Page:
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Arts community gathers for frank talk on STC-YES Theatre merger

‘This is not a death, this is an evolution,’ says YES Theatre’s Alessandro Costantini
Bill Sanders, whose history with Sudbury Theatre Centre goes back to the 1980s, speaks during a June 27 round-table discussion at STC regarding the planned merger with YES Theatre. Sanders said he and other members of the arts community would have liked more transparency around how dire the theatre centre’s finances truly were.

Around 60 members of Sudbury’s arts community gathered on-stage at Sudbury Theatre Centre on Monday night for a frank — and at times emotional — round-table discussion as STC and YES Theatre attempted to clear the air about their planned merger.

Last month, STC and YES Theatre said they will be working together to put on a joint 2022-2023 season out of the STC building. The two theatre companies legally remain separate entities, but they are exploring the idea of a merger over the next year.

This situation has sparked concern from many supporters of the financially-strapped Sudbury Theatre Centre, who say merger talks earlier this year lacked transparency, and wonder what will be lost in the process.

YES Theatre founder Alessandro Costantini, currently artistic director for both YES Theatre and STC, said his intention is to preserve the legacy of Sudbury Theatre Centre, the place where he got his start.

A professional actor known for his role with the national production of the musical “Dear Evan Hansen,” Costantini said he is committed to making the merger work, and won’t be lured away from Sudbury by “shiny opportunities.”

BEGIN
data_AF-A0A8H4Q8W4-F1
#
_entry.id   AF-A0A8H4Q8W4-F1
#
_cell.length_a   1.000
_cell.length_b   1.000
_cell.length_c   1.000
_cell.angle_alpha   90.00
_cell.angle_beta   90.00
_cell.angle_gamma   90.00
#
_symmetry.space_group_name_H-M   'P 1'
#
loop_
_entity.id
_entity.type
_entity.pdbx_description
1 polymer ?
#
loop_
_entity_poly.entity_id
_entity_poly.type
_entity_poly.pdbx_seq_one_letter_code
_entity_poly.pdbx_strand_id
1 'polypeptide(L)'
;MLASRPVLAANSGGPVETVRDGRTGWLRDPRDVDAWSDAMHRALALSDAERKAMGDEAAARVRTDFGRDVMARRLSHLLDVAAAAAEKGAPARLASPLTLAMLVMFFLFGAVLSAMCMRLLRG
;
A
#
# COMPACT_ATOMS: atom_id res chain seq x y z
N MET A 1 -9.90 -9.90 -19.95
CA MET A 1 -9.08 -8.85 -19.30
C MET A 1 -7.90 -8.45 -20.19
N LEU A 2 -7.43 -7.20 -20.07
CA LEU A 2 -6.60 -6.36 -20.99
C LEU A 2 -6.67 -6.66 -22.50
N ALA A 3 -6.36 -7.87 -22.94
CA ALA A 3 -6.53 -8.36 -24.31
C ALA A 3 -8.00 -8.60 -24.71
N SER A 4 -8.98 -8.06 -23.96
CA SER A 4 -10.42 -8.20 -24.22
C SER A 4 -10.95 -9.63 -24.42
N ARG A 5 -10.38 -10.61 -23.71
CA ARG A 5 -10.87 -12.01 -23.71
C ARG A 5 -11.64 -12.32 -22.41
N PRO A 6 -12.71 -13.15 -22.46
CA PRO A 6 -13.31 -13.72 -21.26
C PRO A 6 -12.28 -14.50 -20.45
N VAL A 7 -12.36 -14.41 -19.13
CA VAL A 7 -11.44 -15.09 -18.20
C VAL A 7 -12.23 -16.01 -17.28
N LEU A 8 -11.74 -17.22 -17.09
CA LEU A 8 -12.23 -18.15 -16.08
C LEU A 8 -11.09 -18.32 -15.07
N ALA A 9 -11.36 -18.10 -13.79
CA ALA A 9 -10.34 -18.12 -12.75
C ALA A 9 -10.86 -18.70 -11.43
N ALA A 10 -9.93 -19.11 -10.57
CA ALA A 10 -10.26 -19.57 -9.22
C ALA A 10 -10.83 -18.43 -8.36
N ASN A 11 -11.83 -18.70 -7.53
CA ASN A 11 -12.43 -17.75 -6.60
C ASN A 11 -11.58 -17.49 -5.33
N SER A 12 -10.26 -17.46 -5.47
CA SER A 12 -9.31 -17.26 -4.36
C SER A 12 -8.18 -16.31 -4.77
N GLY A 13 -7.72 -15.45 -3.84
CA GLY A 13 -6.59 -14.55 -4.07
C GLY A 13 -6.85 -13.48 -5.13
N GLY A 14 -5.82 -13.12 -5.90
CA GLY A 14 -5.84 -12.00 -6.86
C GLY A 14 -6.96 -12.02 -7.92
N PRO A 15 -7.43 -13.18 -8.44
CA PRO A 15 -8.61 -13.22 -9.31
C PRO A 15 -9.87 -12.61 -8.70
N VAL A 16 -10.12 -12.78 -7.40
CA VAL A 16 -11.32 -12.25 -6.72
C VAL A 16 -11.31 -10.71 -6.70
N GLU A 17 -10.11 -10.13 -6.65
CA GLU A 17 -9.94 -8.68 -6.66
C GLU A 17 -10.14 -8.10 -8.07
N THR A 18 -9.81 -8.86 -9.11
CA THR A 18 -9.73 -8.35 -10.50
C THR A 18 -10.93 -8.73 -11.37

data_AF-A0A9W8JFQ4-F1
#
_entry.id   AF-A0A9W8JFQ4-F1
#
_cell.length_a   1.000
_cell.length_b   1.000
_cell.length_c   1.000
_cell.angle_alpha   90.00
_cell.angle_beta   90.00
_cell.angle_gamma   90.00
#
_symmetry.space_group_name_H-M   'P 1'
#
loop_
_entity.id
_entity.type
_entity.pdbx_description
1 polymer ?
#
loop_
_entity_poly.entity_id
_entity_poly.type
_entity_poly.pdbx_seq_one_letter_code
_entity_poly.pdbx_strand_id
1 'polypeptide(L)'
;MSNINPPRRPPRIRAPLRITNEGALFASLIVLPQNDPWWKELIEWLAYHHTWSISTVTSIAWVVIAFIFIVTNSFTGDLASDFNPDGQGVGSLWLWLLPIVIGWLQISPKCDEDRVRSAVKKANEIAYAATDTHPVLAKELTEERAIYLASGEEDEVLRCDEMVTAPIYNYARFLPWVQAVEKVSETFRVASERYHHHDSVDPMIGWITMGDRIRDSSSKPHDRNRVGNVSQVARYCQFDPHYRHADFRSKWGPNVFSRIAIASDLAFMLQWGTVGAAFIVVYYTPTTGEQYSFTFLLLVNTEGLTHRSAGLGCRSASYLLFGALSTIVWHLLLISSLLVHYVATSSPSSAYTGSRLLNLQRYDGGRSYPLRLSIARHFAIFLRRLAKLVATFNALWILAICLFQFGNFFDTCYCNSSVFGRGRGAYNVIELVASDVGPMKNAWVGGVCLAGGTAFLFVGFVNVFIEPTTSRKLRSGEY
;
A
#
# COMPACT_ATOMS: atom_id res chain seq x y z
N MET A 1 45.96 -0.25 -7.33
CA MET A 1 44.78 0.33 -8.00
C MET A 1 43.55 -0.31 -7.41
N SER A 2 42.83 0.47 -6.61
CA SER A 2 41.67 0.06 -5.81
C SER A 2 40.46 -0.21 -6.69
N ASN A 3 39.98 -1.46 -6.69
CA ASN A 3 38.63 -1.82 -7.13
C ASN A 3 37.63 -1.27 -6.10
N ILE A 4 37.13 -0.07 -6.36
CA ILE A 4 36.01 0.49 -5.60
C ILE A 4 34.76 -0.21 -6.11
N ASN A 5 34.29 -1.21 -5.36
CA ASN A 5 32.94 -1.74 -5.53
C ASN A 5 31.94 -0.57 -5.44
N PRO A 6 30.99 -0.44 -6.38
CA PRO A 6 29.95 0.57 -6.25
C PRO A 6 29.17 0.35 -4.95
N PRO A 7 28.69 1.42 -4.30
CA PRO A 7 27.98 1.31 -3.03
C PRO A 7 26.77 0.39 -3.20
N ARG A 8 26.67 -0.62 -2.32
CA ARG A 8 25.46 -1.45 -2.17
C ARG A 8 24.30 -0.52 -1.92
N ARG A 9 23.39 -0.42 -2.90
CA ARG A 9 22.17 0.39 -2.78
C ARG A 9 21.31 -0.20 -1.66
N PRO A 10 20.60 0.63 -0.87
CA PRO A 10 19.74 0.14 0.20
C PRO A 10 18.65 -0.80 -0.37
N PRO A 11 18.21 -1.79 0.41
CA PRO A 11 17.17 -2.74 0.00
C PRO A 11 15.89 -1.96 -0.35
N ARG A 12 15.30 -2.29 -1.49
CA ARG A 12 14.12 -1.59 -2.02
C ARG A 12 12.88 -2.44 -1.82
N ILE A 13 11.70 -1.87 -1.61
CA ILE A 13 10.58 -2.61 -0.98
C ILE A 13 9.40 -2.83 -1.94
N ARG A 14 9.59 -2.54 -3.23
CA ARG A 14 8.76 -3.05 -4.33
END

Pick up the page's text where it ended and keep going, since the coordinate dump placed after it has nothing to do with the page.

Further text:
“A lot of people said ‘You should have waited until STC closed’,” he said.

“That was the advice I received from very prominent people in this country, and I didn't want to do that, because I got my start in this building.

“The photos on the wall, people who have worked here, the artists who have worked in this space mean a lot to me, I did not want to say goodbye, goodbye legacy, that beautiful book you made (celebrating STC’s 50th anniversary) … This is not a death, this is an evolution.”

At the end of the nearly two-hour meeting, a former and a current member of STC’s board had an emotional exchange about the current state of affairs, seeming to express the frustration of many people with how STC has been functioning, or not functioning.

Anita Ansimaa, a former STC employee as well as board member, said she left the theatre centre’s board last year “because it was not functioning.”

“It was a very lazy board when ideas were brought up,” she said. “There was always an excuse. There was never any motivation.”

She said STC’s board could use people who are as passionate about the theatre centre as Costantini is about YES Theatre.

“And if you don't want to do it, please don't, and let people who care move with it moving forward. Or just fold. Just fold. Take the name off the building, and let them do it. Because right now all I can see is the name of the building, and a couple of pieces of legacy programming that are left over.”

One of STC’s current board members, Mary Anne Fraser, said she found Ansimaa’s comments insulting.

“I think the board has a right to say that we are as passionate about the theatre centre as Alessandro is about YES Theatre,” said Fraser, who became emotional. “And that's the most insulting thing that you can say.”

At this point, Costantini quickly wrapped up the meeting, saying “I just want to reiterate that this is a community, this is a theatre, the intention to start from is to serve the community, and everything else is minutiae to that.”

A lack of transparency was one of the major themes discussed during the meeting.